Faith-Filled Moment: The Power of a Dollar

Groom generosity in your child with this fun challenge. (You’ll find more creative ways to help your child live out his or her faith in my book Faith-Filled Moments!)

The Power of a Dollar

Turn ten common dollars into ten priceless gifts of love.

Supplies: ten $1 bills

Experience

Zero in on a local ministry to needy children that accepts toy donations, such as a medical clinic for low income families, a children’s hospital, a homeless shelter, or a domestic violence shelter. Then visit a nearby “dollar store” with your child (a store in which all items are $1.00) and go on a toy shopping spree. But the gifts won’t be for your child, they’ll be for a child in need.

Prepare your child for this experience ahead of time so he knows he won’t be shopping for himself. Talk together about the organization you’ll be donating the toys to, then encourage your child to try to pick out ten different items that will be special for needy kids to receive. For example, your might want to look for…

—Toy cars

—School supplies (crayons, pencils, erasers)

—Picture books or coloring books

—Dolls

—Stickers

—Yo-yos

—Play-dough

Don’t be picky about what your child selects! The point here is to let him experience the joy of giving, not necessarily for him to select the “perfect” items.

When your child has picked out ten toys, let him pay for them himself at the cash register. Then, if you’re able, bring your child along with you when you donate the toys to the organization you’ve selected.

Connection

If you’re like me, you avoid the toy aisle like the plague when you go to the store with your kids. But this toy-shopping experience will have an entirely different focus than the typical me!, me!, me!. Instead of wanting more and more, your child will have the responsibility of spending a limited amount of money: ten dollars. And instead of thinking only of his own wants and needs, your child will turn those wants into caring for the needs of others—and you can help! For example, if your child sees a toy car he really likes (and may want), turn that desire in a different direction by saying something like, “You’re right, that car is so cool! And it would be so special to a little boy who’s a lot like you, especially if he doesn’t have many other toys. Great job picking out something so neat.”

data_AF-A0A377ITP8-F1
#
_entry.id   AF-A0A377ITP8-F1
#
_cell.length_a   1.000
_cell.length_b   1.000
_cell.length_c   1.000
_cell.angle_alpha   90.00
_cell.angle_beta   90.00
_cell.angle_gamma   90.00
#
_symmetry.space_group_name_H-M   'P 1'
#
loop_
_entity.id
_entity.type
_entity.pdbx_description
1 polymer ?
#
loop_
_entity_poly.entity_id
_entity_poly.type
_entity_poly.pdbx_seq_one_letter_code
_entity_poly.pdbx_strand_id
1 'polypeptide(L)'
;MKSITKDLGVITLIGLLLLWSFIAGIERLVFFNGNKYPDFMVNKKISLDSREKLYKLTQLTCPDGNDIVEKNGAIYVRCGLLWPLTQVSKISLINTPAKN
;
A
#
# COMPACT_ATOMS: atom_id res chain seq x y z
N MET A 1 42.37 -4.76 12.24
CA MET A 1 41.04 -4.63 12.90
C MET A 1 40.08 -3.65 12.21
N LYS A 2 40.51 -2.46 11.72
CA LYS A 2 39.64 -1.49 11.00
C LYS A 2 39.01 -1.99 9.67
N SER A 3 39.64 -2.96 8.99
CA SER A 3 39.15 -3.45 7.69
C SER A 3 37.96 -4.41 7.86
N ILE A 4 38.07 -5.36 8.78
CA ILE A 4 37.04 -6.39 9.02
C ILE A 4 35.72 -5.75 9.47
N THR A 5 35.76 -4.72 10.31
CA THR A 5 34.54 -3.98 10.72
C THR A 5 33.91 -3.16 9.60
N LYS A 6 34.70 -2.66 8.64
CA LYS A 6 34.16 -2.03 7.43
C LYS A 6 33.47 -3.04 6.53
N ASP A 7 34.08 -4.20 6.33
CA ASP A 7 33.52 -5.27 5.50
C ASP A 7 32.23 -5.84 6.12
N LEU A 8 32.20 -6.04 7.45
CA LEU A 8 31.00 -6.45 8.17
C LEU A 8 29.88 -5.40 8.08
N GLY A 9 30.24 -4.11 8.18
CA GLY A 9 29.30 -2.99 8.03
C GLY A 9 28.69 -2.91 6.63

Exploration

You may want to ask your child questions like…

  • What was cool about buying toys for someone else? What was hard about it?
  • What do you think life is like for a child living in a shelter? (Describe the situation of the children you’re targeting.)
  • Imagine a child receiving one of the toys you just bought. How do you think he’ll feel? What will he like about that toy?
  • Why do you think God wants us to show his love to others?
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